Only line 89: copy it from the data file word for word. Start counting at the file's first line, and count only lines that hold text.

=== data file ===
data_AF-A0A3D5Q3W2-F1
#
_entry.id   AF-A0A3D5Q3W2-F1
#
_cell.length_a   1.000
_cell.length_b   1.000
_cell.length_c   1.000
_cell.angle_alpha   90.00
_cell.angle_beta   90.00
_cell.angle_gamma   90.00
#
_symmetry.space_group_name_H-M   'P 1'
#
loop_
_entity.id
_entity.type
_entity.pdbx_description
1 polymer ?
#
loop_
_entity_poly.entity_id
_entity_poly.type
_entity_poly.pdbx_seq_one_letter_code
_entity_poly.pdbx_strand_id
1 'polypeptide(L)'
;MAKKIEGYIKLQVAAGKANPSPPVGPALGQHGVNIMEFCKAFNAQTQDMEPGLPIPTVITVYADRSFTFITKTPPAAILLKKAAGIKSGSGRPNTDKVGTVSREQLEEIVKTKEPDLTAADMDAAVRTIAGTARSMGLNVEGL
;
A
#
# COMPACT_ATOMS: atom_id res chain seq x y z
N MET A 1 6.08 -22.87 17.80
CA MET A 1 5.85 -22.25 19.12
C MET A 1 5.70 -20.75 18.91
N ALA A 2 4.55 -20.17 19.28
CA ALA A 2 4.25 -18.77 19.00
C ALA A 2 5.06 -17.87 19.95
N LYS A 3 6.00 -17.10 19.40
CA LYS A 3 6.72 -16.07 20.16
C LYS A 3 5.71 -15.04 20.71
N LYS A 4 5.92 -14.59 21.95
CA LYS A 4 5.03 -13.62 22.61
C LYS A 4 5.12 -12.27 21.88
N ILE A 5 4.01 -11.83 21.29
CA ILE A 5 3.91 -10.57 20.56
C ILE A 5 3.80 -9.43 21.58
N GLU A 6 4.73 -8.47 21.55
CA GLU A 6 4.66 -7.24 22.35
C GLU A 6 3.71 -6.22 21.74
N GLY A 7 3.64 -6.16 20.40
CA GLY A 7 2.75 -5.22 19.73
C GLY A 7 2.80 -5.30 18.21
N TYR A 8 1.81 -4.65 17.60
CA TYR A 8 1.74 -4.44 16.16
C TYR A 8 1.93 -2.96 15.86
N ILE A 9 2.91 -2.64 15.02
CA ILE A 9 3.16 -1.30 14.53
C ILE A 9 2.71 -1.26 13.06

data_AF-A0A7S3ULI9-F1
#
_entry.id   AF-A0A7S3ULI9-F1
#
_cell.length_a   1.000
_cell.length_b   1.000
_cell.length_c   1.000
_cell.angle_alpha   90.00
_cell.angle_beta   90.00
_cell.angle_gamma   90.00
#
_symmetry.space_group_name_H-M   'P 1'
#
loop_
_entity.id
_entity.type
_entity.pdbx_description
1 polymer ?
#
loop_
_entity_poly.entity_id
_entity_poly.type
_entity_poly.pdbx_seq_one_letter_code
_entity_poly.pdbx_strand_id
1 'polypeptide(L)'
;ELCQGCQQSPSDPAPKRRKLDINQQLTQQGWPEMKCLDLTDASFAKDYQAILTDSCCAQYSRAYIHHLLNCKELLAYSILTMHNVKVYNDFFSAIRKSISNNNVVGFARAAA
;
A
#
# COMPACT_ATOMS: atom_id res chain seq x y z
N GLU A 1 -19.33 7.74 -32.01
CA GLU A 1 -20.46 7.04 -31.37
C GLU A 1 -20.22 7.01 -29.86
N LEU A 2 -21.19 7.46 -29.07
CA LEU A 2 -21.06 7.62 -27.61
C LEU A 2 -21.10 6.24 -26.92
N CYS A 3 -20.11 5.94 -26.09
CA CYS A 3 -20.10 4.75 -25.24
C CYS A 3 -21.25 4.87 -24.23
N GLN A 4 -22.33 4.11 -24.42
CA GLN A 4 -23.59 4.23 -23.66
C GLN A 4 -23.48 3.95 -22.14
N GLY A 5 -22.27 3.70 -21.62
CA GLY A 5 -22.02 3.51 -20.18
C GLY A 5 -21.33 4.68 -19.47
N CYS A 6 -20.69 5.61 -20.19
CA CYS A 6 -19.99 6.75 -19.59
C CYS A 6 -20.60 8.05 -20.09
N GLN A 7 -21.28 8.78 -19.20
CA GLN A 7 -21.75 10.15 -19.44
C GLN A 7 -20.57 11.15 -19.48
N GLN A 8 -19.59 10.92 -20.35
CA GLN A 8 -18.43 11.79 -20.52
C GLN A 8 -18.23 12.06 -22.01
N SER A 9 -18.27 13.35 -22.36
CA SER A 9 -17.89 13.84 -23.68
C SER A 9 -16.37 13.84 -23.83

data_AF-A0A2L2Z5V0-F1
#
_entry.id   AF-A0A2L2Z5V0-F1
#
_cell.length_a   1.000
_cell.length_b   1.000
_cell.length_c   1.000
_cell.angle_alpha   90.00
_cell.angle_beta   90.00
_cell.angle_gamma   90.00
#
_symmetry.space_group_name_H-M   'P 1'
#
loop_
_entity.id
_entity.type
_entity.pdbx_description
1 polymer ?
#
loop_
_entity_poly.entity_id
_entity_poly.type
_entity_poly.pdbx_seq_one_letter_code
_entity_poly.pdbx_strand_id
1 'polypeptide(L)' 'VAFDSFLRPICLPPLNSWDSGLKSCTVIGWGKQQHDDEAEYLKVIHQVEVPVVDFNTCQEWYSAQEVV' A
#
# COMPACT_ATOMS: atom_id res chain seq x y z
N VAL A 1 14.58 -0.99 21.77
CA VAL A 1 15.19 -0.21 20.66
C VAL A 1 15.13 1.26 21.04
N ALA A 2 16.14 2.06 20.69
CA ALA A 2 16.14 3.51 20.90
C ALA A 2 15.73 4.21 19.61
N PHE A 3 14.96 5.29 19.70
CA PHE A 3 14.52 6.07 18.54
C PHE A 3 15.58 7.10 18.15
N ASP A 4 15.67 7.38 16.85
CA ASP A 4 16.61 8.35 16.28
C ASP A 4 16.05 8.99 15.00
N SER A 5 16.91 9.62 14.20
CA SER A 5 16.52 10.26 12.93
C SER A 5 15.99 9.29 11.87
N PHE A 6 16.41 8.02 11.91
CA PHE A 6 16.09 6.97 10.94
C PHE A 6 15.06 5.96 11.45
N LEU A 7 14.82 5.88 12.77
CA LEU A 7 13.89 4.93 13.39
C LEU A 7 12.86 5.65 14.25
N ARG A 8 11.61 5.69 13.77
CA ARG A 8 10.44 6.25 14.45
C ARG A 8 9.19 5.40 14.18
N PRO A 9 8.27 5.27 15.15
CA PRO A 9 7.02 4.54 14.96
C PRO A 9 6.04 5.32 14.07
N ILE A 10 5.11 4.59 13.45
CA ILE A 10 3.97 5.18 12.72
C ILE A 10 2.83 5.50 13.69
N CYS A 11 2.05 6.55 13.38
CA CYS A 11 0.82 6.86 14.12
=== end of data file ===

CA GLU A 1 -20.46 7.04 -31.37